- Involve KTE practitioners in the development and evaluation of KTE instruments in order to increase KTE practitioners’ knowledge of measurement and evaluation and researchers’ appreciation of the practical demands of doing KTE.
- Consider developing reporting guidelines to ensure KTE research articles and scientific reports are rigorously written, following standards of scientific reporting. The use of a consistent format, as well as consistent terms and definitions, would allow for better communication, information retrieval and, ultimately, assessment of KTE practices.
- Continue to conduct high calibre qualitative studies, such as case studies and cross-case analyses, which provide rich detail about the process, context and evaluation of KTE approaches.
- Use or develop instruments that are shown to measure meaningful change to ensure evaluation will be fairly assessed.
The review team also offered words of advice for KTE practitioners (see box below).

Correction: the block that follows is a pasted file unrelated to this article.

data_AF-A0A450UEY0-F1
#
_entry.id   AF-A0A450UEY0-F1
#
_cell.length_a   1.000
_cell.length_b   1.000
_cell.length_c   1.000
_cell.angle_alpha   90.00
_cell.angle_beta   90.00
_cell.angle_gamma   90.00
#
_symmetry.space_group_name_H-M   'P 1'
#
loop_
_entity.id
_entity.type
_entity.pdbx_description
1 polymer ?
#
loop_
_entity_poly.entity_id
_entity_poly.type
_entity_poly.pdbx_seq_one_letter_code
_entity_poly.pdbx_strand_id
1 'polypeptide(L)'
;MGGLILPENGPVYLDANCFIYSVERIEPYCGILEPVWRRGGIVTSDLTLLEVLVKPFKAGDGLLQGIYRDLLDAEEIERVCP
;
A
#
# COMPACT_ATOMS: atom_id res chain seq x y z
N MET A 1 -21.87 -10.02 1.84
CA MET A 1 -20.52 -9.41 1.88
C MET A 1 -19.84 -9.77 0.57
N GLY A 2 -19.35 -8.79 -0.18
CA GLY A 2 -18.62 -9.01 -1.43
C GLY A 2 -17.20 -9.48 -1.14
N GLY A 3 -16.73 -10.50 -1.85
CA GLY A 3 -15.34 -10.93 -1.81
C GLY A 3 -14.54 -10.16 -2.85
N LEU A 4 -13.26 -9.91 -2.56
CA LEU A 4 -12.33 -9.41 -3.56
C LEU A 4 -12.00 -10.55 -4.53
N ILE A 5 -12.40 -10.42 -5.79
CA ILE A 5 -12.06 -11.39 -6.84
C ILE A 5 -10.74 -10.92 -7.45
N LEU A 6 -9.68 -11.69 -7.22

Words of advice for KTE practitioners
- KTE evaluation tools do not come with a simple menu of options on how to use them. KTE practitioners should understand and apply these tools in specific research and evaluation contexts.
- KTE practitioners would benefit from ensuring they have the time and skills to build evaluation into their practice.
- The evaluation instruments identified in this review address knowledge translation/transfer methods in which specific uses of knowledge (e.g. research evidence) are being considered.
- KTE evaluation does not always easily translate into practice because of differences in interventions, contexts and the people involved.
- KTE practitioners often work under time constraints and in situations that do not lend themselves to adapting methods of KTE evaluation to their circumstances.
- The instruments presented in this review often measure the effects of a single KTE intervention, not an integrated KTE approach.